The first half concluded with Schubert's Sonata in A major, D664 – not, as the programme notes indicated, the A major op. posth (a late work), but a much earlier composition. (Before the recital, Mr Demidenko explained the confusion as the result of a miscommunication between agents.) Here is a performance of the first movement (only) by Mitsuko Uchida, whose choice of a brisk tempo makes the work sound cheerful and light-hearted, as I think it was intended to be. Many other pianists – including Sviatoslav Richter, who was responsible for bringing Schubert’s sonatas back into the piano repertoire – take it too slowly, with the result that it sounds ponderous, and all the joie de vivre seeps out of its tyres.
Now, a performance of the full work by Wilhelm Kempff. If you don’t want another dose of the first movement, scroll on to 10:41 for the second. Another advantage of this recording is that Kempff’s last movement (starting at 15:14) is agreeably tinkly:
Having praised Mr Demidenko for his restraint in the Chopin, I must now praise him for taking the opposite approach in the Schubert sonata, which he embellished with a generous amount of rubato. I think a more unfettered approach, to the first movement in particular, is entirely appropriate: it is, after all, a lyrical affair, neither gloomy nor over-intellectual. The second movement was measured and even, with no intrusive ‘special effects’. The soloist seemed to appreciate the superb tone quality of the Steinway he was playing, and revelled in its woody limpidity (is that a word?). So did we.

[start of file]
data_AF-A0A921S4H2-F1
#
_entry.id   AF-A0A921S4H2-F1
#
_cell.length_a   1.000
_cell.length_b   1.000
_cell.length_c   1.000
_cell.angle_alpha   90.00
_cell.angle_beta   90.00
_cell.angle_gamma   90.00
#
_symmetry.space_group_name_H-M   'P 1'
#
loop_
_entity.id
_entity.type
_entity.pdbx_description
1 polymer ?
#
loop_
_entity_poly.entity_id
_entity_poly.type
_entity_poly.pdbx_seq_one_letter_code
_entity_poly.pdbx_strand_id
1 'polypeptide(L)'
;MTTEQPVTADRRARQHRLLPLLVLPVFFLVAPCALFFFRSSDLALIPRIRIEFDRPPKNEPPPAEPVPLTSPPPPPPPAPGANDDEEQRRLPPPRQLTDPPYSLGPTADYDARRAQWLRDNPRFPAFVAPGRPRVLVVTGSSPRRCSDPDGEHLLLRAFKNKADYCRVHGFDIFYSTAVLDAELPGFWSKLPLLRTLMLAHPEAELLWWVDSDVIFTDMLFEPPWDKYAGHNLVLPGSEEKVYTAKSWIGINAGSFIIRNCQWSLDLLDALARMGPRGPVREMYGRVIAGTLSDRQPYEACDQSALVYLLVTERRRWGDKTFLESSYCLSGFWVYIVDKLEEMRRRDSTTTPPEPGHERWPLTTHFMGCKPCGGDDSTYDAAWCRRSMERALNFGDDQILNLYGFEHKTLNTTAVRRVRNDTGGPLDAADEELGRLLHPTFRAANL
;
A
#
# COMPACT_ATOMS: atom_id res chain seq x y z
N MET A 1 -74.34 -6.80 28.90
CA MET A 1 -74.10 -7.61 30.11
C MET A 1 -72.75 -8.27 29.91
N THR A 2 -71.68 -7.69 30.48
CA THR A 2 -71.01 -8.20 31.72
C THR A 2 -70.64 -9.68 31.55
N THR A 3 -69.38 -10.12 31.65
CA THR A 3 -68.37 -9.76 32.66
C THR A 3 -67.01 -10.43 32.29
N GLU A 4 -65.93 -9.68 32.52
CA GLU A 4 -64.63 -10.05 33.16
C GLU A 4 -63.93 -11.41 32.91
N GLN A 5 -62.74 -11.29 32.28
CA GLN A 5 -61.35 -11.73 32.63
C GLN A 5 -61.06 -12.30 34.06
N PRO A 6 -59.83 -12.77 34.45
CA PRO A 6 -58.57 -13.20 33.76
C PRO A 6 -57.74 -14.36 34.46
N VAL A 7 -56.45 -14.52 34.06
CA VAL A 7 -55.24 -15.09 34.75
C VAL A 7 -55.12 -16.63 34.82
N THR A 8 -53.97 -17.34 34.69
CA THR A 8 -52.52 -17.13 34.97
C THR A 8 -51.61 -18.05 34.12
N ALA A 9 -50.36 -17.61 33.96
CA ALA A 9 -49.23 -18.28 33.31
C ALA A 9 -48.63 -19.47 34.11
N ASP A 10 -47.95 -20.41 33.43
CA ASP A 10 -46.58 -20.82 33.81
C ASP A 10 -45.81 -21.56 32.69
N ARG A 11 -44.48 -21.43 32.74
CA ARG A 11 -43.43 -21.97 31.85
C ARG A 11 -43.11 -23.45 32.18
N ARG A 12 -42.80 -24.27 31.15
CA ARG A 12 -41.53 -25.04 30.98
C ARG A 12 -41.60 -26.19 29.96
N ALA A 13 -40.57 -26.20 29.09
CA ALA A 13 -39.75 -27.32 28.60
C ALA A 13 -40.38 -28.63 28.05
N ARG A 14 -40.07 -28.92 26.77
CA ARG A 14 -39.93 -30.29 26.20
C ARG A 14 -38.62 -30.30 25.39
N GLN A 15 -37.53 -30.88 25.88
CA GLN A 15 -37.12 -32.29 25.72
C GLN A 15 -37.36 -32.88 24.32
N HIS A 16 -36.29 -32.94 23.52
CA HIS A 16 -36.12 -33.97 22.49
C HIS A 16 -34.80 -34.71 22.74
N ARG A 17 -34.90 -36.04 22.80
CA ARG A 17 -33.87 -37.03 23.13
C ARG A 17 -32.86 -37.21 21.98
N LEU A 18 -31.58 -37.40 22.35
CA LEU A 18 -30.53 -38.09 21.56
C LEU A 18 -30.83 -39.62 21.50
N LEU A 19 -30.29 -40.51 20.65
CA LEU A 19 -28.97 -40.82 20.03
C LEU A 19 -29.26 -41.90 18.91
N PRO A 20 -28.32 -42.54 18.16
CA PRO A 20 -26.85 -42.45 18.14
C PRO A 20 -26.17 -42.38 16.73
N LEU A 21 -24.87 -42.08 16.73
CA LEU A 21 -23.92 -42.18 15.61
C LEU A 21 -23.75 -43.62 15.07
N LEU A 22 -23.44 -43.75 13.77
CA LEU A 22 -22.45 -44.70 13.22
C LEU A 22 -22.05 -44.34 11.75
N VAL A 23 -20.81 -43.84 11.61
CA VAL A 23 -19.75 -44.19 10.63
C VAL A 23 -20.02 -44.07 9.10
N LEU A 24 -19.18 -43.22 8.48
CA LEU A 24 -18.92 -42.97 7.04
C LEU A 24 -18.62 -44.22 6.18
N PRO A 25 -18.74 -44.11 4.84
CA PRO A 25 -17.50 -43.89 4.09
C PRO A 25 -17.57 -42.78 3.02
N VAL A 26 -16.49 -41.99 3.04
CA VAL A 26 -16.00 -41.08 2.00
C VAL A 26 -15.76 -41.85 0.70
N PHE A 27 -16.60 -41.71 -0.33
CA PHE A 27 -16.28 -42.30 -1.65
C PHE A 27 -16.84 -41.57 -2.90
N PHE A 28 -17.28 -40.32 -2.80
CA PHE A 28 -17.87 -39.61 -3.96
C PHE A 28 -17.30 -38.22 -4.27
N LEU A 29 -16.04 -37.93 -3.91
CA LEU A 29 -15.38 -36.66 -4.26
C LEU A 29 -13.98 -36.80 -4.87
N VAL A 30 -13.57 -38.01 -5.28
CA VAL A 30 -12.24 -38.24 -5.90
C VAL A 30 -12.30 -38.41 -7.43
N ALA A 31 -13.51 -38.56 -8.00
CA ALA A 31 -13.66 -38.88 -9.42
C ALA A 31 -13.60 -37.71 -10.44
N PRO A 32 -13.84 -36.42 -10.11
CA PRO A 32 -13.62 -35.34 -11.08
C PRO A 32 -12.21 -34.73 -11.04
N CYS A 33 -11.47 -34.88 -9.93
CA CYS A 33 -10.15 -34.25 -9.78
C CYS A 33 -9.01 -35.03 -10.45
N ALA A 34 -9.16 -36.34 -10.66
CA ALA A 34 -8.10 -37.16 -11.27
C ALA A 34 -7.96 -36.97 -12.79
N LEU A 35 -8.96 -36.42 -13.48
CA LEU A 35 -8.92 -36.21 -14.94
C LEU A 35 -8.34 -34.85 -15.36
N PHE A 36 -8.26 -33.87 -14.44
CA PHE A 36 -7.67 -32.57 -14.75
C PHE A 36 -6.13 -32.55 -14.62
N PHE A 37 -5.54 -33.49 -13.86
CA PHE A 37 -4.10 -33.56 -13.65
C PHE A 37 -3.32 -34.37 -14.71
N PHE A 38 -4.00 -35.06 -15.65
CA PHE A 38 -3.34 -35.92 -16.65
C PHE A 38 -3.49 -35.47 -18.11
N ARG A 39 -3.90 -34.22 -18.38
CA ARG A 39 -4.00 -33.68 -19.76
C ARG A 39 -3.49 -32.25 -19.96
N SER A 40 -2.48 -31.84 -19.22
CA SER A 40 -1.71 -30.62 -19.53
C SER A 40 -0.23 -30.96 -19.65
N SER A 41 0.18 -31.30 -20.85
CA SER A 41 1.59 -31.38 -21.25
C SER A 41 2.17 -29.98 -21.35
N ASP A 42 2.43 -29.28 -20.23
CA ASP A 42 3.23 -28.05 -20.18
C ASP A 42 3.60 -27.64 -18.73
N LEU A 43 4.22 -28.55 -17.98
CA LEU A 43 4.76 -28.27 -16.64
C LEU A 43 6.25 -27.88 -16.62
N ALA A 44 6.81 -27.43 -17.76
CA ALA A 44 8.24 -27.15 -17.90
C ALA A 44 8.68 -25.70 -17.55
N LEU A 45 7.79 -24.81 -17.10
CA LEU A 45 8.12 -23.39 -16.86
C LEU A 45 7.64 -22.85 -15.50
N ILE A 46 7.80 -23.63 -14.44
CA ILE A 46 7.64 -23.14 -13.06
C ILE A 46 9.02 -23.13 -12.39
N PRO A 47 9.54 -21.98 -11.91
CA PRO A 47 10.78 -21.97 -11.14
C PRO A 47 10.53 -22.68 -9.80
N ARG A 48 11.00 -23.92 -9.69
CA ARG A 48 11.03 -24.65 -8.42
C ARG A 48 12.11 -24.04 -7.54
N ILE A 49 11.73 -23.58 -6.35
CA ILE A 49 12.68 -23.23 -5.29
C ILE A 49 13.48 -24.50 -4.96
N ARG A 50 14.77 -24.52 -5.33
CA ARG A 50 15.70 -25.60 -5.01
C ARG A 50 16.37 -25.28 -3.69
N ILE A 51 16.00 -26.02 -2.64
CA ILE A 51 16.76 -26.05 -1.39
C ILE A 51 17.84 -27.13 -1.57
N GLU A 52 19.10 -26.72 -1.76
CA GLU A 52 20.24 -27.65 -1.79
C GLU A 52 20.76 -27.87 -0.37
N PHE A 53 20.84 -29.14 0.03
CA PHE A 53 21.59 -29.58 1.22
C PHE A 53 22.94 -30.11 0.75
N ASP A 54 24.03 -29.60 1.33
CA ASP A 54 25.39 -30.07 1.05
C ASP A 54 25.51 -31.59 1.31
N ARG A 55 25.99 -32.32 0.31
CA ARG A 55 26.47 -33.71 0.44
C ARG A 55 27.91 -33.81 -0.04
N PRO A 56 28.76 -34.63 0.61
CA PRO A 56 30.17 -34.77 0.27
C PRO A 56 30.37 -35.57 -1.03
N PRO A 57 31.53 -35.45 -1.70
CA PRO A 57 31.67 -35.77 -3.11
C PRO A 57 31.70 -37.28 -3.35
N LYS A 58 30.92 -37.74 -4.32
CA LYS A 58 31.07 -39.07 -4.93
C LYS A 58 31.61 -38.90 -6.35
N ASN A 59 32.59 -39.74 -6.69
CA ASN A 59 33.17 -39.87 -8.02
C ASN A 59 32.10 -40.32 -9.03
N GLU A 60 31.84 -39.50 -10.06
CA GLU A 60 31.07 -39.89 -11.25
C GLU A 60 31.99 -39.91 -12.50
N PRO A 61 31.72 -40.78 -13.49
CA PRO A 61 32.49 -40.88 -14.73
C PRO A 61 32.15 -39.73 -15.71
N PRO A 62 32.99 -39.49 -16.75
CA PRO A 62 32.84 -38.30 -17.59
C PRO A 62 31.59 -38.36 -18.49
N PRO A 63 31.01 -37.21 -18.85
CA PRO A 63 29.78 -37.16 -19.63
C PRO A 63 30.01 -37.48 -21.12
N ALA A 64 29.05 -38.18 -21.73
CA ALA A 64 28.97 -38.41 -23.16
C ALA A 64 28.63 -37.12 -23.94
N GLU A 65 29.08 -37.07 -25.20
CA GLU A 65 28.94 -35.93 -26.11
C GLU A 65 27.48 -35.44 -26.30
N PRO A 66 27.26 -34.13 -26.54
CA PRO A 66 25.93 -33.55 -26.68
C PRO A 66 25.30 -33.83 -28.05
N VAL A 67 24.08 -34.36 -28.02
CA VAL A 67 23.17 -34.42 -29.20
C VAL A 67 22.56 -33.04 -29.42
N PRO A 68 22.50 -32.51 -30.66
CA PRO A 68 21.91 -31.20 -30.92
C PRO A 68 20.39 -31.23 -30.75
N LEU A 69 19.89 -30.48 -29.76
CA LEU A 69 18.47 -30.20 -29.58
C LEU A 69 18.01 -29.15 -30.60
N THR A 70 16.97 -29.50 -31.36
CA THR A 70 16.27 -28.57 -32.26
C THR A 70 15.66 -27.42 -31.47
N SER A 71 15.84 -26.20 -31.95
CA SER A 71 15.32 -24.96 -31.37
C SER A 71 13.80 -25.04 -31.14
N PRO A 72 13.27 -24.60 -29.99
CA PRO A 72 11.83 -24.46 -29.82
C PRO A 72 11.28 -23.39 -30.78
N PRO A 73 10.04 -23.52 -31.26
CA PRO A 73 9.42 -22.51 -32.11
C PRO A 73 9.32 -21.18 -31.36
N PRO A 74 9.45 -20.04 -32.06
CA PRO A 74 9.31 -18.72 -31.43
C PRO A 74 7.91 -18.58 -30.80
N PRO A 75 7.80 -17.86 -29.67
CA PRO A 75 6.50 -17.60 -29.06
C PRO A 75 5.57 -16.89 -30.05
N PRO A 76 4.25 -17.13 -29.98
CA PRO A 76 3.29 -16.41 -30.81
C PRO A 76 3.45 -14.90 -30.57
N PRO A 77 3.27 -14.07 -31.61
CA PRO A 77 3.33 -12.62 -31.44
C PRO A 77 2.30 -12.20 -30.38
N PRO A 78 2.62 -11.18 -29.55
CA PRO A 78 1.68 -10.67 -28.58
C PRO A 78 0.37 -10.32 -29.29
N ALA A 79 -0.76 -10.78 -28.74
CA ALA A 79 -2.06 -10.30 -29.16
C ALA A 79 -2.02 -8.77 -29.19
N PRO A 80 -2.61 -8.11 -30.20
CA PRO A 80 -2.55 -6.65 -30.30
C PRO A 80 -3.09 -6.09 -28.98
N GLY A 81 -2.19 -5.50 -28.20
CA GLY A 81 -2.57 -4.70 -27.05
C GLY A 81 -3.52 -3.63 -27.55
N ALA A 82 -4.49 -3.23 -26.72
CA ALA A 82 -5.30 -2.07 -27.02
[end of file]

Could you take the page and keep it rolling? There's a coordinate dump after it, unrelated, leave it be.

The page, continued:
On the terrace during the interval, the moon, visible over the Asian shore of the Bosphorus, winked at us somewhat lop-sidedly through the trees, having lost a chunk of its top right-hand corner (it had been full a couple of days previously). The intervals at these recitals are long, allowing members of the audience to appreciate to the full the view across to the Hıdiv Kasrı (the Art Nouveau palace built by Abbas Hilmi Pasha, the last Khedive of Egypt).
The second half began with Scriabin’s Piano Sonata No 9, often nicknamed the ‘Black Mass’ sonata, a work in one movement composed in 1912 and 1913. Blair Johnston on the ‘AllMusic’ website describes it as ‘a masterwork of bleak despair, a musical portrait of evil and spiritual decay whose violence and menacing harmonies are said to have shocked even the composer himself’. This is admittedly an angst-ridden piece with a spooky ending, but personally I don’t find it unduly threatening, maybe because I get vibes of this kind from Prokofiev rather than from Scriabin. More likely it is because the augmented fourth (from C to F sharp) in Scriabin’s ‘signature’ chord that he likes to play with is intrinsically tension-creating, and this work in particular focuses on jarring minor ninths (for example, from C to the C sharp an octave and semitone above). Johnston’s article, for all its – to my mind – exaggeration of the dark aspects, does give you the basic information.